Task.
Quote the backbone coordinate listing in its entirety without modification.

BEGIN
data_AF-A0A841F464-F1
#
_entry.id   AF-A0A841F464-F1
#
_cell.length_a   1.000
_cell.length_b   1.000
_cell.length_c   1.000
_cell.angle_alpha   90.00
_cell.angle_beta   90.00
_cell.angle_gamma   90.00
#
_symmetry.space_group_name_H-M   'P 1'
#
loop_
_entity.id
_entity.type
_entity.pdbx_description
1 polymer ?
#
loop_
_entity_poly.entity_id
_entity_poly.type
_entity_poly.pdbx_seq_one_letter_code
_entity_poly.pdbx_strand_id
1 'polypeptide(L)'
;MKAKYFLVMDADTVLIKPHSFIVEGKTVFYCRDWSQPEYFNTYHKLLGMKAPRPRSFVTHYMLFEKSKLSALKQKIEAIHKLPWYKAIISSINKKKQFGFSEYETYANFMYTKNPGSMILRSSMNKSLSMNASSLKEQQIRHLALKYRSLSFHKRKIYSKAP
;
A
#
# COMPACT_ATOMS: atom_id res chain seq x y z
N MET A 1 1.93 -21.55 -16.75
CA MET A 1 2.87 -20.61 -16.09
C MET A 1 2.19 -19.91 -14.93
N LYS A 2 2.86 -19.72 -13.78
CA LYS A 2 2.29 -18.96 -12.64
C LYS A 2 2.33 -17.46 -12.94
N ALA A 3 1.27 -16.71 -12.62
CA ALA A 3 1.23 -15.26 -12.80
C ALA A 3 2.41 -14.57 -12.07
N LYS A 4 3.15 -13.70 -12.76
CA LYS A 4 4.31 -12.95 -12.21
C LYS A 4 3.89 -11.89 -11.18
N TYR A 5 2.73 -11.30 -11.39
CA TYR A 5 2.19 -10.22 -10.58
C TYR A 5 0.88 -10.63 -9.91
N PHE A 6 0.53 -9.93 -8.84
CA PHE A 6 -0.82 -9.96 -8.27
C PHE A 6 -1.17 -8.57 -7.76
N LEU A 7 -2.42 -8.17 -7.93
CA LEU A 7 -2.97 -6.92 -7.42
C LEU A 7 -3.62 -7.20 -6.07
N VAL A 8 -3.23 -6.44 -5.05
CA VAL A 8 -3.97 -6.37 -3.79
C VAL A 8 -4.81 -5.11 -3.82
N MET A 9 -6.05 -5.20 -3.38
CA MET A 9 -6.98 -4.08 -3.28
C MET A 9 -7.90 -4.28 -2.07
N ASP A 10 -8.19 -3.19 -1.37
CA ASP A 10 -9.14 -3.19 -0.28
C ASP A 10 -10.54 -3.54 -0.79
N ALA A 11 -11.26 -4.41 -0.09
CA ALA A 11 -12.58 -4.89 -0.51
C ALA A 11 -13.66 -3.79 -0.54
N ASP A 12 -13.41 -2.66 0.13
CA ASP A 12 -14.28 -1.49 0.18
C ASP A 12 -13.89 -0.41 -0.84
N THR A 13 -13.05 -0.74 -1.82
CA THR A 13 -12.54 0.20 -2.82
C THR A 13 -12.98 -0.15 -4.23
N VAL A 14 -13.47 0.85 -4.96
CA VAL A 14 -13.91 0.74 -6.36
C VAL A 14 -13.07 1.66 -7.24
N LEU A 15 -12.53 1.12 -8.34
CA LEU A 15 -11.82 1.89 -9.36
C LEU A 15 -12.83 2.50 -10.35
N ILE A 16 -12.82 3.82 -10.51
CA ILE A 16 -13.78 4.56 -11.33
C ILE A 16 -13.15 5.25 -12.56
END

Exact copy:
data_AF-A0A841F464-F1
#
_entry.id   AF-A0A841F464-F1
#
_cell.length_a   1.000
_cell.length_b   1.000
_cell.length_c   1.000
_cell.angle_alpha   90.00
_cell.angle_beta   90.00
_cell.angle_gamma   90.00
#
_symmetry.space_group_name_H-M   'P 1'
#
loop_
_entity.id
_entity.type
_entity.pdbx_description
1 polymer ?
#
loop_
_entity_poly.entity_id
_entity_poly.type
_entity_poly.pdbx_seq_one_letter_code
_entity_poly.pdbx_strand_id
1 'polypeptide(L)'
;MKAKYFLVMDADTVLIKPHSFIVEGKTVFYCRDWSQPEYFNTYHKLLGMKAPRPRSFVTHYMLFEKSKLSALKQKIEAIHKLPWYKAIISSINKKKQFGFSEYETYANFMYTKNPGSMILRSSMNKSLSMNASSLKEQQIRHLALKYRSLSFHKRKIYSKAP
;
A
#
# COMPACT_ATOMS: atom_id res chain seq x y z
N MET A 1 1.93 -21.55 -16.75
CA MET A 1 2.87 -20.61 -16.09
C MET A 1 2.19 -19.91 -14.93
N LYS A 2 2.86 -19.72 -13.78
CA LYS A 2 2.29 -18.96 -12.64
C LYS A 2 2.33 -17.46 -12.94
N ALA A 3 1.27 -16.71 -12.62
CA ALA A 3 1.23 -15.26 -12.80
C ALA A 3 2.41 -14.57 -12.07
N LYS A 4 3.15 -13.70 -12.76
CA LYS A 4 4.31 -12.95 -12.21
C LYS A 4 3.89 -11.89 -11.18
N TYR A 5 2.73 -11.30 -11.39
CA TYR A 5 2.19 -10.22 -10.58
C TYR A 5 0.88 -10.63 -9.91
N PHE A 6 0.53 -9.93 -8.84
CA PHE A 6 -0.82 -9.96 -8.27
C PHE A 6 -1.17 -8.57 -7.76
N LEU A 7 -2.42 -8.17 -7.93
CA LEU A 7 -2.97 -6.92 -7.42
C LEU A 7 -3.62 -7.20 -6.07
N VAL A 8 -3.23 -6.44 -5.05
CA VAL A 8 -3.97 -6.37 -3.79
C VAL A 8 -4.81 -5.11 -3.82
N MET A 9 -6.05 -5.20 -3.38
CA MET A 9 -6.98 -4.08 -3.28
C MET A 9 -7.90 -4.28 -2.07
N ASP A 10 -8.19 -3.19 -1.37
CA ASP A 10 -9.14 -3.19 -0.28
C ASP A 10 -10.54 -3.54 -0.79
N ALA A 11 -11.26 -4.41 -0.09
CA ALA A 11 -12.58 -4.89 -0.51
C ALA A 11 -13.66 -3.79 -0.54
N ASP A 12 -13.41 -2.66 0.13
CA ASP A 12 -14.28 -1.49 0.18
C ASP A 12 -13.89 -0.41 -0.84
N THR A 13 -13.05 -0.74 -1.82
CA THR A 13 -12.54 0.20 -2.82
C THR A 13 -12.98 -0.15 -4.23
N VAL A 14 -13.47 0.85 -4.96
CA VAL A 14 -13.91 0.74 -6.36
C VAL A 14 -13.07 1.66 -7.24
N LEU A 15 -12.53 1.12 -8.34
CA LEU A 15 -11.82 1.89 -9.36
C LEU A 15 -12.83 2.50 -10.35
N ILE A 16 -12.82 3.82 -10.51
CA ILE A 16 -13.78 4.56 -11.33
C ILE A 16 -13.15 5.25 -12.56